Celsius goes bust in ‘Lehman moment’ for crypto industry: Digital currency lender’s collapse sends Bitcoin price sliding below $20,000
One of the world’s largest cryptocurrency lenders has gone bankrupt, becoming the latest high-profile casualty of the sell-off in digital currency markets.
Celsius’ collapse is a blow to the crypto industry and its reputation. In June the company said it had over 1m users on its platform, most of whom now risk being left out of pocket.
Its demise sent bitcoin prices once again sliding below $20,000 as the sector continued to be beset by a ‘crypto winter’ that has battered the industry.
Celsius’ bankruptcy is a blow to the crypto industry and its reputation. In June the company said it had over 1m users on its platform, most of whom now risk being left out of pocket
Celsius’ bankruptcy came around a month after the company froze withdrawals, which has trapped billions of dollars inside customer accounts.
The embattled company built one of the leading crypto lending platforms by assuring prospective customers it was less risky than a bank.
But yesterday that reputation was smashed to pieces with the crisis dubbed in the crypto community as a ‘Lehman Brothers moment’ for the sector as the company’s financial troubles set off a domino effect that saw other major crypto firms felled.
Panic spread after a crypto- currency called terra, a so-called ‘stablecoin’ that was meant to maintain a consistent value against the dollar, saw its value crash after breaking its ‘peg’ with the greenback.
In a filing submitted to a federal court in New York, Celsius listed between £847million and £8.5billion in assets, adding that it had initially decided to restrict withdrawals to prevent a run on deposits which would have allowed some customers to be paid in full while ‘leaving others behind’.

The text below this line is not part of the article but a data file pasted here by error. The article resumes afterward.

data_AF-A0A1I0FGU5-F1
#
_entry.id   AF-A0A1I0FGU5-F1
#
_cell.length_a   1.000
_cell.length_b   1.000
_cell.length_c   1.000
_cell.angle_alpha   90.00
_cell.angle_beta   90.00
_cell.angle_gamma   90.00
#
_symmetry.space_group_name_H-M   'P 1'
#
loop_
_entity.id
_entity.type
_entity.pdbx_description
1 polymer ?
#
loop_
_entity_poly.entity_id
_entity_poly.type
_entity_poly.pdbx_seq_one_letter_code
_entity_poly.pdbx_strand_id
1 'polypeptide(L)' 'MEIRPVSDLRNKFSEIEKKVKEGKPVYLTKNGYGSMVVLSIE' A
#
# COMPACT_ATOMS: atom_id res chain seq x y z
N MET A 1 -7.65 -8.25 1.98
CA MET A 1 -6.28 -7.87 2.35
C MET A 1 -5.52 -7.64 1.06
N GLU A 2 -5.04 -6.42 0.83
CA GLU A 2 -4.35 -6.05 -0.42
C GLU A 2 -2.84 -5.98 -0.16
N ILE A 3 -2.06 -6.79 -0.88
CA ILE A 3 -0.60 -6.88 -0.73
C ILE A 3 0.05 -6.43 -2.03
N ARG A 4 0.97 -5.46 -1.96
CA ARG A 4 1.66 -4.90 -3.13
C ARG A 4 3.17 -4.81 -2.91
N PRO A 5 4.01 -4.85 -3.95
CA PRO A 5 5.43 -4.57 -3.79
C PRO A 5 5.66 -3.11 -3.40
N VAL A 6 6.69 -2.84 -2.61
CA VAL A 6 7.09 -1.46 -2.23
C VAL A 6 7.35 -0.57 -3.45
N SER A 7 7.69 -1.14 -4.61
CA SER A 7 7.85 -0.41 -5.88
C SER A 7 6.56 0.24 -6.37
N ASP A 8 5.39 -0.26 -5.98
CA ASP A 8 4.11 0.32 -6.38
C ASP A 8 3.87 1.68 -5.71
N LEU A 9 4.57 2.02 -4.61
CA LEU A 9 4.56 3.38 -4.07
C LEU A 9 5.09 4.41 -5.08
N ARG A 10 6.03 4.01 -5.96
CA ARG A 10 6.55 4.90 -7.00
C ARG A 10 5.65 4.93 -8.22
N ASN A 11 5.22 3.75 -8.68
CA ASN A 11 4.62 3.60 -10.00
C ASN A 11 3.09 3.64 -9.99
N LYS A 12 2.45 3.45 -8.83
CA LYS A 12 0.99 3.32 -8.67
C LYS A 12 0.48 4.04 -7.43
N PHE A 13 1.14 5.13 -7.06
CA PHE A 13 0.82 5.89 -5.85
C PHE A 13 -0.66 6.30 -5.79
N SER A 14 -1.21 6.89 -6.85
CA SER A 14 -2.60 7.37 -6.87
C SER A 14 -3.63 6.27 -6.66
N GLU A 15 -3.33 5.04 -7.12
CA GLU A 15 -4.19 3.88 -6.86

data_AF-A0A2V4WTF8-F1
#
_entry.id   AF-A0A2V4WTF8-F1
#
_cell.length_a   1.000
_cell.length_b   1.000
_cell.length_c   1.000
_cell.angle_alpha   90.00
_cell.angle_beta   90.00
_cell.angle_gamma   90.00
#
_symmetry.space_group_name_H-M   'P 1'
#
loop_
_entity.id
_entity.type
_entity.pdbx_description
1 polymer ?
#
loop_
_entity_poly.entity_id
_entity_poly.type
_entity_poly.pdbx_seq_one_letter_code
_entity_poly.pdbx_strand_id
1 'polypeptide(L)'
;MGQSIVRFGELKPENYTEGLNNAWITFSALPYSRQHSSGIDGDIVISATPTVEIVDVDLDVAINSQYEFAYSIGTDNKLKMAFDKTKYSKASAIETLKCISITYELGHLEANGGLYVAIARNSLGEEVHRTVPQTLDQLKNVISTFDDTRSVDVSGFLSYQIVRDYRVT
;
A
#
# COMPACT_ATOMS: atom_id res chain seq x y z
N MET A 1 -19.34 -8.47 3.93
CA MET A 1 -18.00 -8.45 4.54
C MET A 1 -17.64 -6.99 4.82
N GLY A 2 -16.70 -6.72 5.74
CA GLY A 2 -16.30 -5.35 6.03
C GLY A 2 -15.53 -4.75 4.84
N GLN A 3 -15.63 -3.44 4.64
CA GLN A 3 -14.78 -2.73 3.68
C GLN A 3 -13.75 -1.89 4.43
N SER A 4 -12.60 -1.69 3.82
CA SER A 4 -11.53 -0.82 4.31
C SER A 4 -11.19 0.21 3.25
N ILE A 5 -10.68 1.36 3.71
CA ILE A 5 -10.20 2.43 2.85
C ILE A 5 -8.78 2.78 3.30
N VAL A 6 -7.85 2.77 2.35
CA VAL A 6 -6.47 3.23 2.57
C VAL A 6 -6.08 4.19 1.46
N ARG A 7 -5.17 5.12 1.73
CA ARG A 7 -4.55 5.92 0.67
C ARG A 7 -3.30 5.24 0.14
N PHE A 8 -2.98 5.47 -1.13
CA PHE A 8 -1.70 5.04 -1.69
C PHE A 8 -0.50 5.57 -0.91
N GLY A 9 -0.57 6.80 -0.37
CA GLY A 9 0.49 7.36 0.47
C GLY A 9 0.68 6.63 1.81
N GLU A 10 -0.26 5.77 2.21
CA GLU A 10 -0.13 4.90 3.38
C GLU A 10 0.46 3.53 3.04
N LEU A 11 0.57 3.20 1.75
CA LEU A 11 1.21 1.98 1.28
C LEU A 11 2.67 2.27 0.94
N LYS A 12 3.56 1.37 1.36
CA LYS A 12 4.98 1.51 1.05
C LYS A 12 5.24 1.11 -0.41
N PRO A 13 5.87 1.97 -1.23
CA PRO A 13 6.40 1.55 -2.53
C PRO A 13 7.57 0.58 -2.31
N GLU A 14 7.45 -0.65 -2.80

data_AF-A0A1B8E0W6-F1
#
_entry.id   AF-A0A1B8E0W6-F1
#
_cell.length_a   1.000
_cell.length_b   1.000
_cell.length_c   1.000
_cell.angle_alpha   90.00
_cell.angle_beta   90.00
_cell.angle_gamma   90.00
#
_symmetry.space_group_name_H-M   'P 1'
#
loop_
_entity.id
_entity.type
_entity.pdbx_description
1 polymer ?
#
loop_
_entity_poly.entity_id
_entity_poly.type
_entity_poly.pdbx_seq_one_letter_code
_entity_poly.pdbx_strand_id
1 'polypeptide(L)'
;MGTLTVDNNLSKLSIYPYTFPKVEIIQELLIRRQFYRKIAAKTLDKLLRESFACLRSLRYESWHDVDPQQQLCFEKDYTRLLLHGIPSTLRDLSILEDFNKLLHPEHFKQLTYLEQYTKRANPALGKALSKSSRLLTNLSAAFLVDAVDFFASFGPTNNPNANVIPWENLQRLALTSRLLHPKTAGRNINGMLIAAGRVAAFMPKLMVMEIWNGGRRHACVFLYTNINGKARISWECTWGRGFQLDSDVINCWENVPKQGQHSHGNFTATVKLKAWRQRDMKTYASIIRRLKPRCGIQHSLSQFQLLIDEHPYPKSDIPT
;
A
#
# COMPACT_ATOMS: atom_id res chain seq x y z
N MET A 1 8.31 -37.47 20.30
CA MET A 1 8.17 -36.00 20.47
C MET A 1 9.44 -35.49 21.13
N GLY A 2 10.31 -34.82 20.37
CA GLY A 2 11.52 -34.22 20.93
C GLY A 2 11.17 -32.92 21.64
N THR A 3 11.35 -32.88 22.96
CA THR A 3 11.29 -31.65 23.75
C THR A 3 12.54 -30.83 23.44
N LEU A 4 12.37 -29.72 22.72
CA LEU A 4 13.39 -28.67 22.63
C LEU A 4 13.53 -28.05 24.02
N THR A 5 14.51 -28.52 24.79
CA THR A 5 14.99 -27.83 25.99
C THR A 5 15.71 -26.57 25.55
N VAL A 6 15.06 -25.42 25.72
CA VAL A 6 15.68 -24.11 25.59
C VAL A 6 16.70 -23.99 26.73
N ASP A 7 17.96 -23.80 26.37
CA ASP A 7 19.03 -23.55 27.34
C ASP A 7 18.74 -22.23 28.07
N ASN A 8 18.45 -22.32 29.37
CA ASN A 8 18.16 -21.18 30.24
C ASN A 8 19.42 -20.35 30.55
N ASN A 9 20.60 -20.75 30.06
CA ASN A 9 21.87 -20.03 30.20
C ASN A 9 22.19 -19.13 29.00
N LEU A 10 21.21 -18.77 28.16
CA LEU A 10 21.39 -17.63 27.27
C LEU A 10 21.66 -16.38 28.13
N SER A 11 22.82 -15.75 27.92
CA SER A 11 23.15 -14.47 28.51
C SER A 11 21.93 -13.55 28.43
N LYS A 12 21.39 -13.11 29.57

Despite having billions in assets, the firm revealed it only had £141million cash on hand.
Celsius announced the bankruptcy process was ‘the best opportunity to stabilise the business’ and allow it to undertake restructuring.
‘This is the right decision for our community and company,’ said chief executive Alex Mashinsky.
The rush into crypto was driven by ultra-low interest rates over recent years and central banks using quantitative easing to flood the markets with cheap money.
Investors were also taken in by high-profile celebrities who were paid to sell the currencies in online adverts – including Snoop Dogg, Matt Damon and Gwyneth Paltrow.
But the sector was thrown into disarray earlier this year as fears about inflation, higher interest rates, global recession and the war in Ukraine sent investors fleeing from high-risk assets including digital currencies.
The rout caused the prices of major cryptos including bitcoin and ethereum to plunge in value. Bitcoin is down nearly 59 per cent so far this year while ethereum has declined by 71 per cent.
The sharp sell-off left lenders such as Celsius facing cash crunches as customers scrambled to withdraw their funds, destabilising balance sheets across the industry.